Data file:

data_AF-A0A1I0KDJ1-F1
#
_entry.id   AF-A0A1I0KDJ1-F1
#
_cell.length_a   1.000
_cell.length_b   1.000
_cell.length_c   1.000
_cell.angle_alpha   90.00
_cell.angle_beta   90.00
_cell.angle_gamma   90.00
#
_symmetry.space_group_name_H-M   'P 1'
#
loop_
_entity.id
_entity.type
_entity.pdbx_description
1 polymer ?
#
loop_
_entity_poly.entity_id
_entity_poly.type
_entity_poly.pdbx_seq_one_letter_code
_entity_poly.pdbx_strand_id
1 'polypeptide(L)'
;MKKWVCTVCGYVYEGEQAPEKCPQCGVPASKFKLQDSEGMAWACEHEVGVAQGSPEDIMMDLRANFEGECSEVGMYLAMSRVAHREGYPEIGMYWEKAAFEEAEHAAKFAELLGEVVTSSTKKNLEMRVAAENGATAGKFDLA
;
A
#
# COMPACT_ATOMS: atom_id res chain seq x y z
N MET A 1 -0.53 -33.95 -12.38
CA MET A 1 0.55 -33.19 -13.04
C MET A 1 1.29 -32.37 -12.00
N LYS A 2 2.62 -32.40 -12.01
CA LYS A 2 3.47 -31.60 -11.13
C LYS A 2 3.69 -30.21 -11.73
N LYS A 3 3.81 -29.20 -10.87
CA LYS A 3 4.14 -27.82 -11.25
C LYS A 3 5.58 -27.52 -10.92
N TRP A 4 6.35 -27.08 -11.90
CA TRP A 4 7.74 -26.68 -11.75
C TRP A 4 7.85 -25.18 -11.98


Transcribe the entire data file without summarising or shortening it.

data_AF-A0A1I0KDJ1-F1
#
_entry.id   AF-A0A1I0KDJ1-F1
#
_cell.length_a   1.000
_cell.length_b   1.000
_cell.length_c   1.000
_cell.angle_alpha   90.00
_cell.angle_beta   90.00
_cell.angle_gamma   90.00
#
_symmetry.space_group_name_H-M   'P 1'
#
loop_
_entity.id
_entity.type
_entity.pdbx_description
1 polymer ?
#
loop_
_entity_poly.entity_id
_entity_poly.type
_entity_poly.pdbx_seq_one_letter_code
_entity_poly.pdbx_strand_id
1 'polypeptide(L)'
;MKKWVCTVCGYVYEGEQAPEKCPQCGVPASKFKLQDSEGMAWACEHEVGVAQGSPEDIMMDLRANFEGECSEVGMYLAMSRVAHREGYPEIGMYWEKAAFEEAEHAAKFAELLGEVVTSSTKKNLEMRVAAENGATAGKFDLA
;
A
#
# COMPACT_ATOMS: atom_id res chain seq x y z
N MET A 1 -0.53 -33.95 -12.38
CA MET A 1 0.55 -33.19 -13.04
C MET A 1 1.29 -32.37 -12.00
N LYS A 2 2.62 -32.40 -12.01
CA LYS A 2 3.47 -31.60 -11.13
C LYS A 2 3.69 -30.21 -11.73
N LYS A 3 3.81 -29.20 -10.87
CA LYS A 3 4.14 -27.82 -11.25
C LYS A 3 5.58 -27.52 -10.92
N TRP A 4 6.35 -27.08 -11.90
CA TRP A 4 7.74 -26.68 -11.75
C TRP A 4 7.85 -25.18 -11.98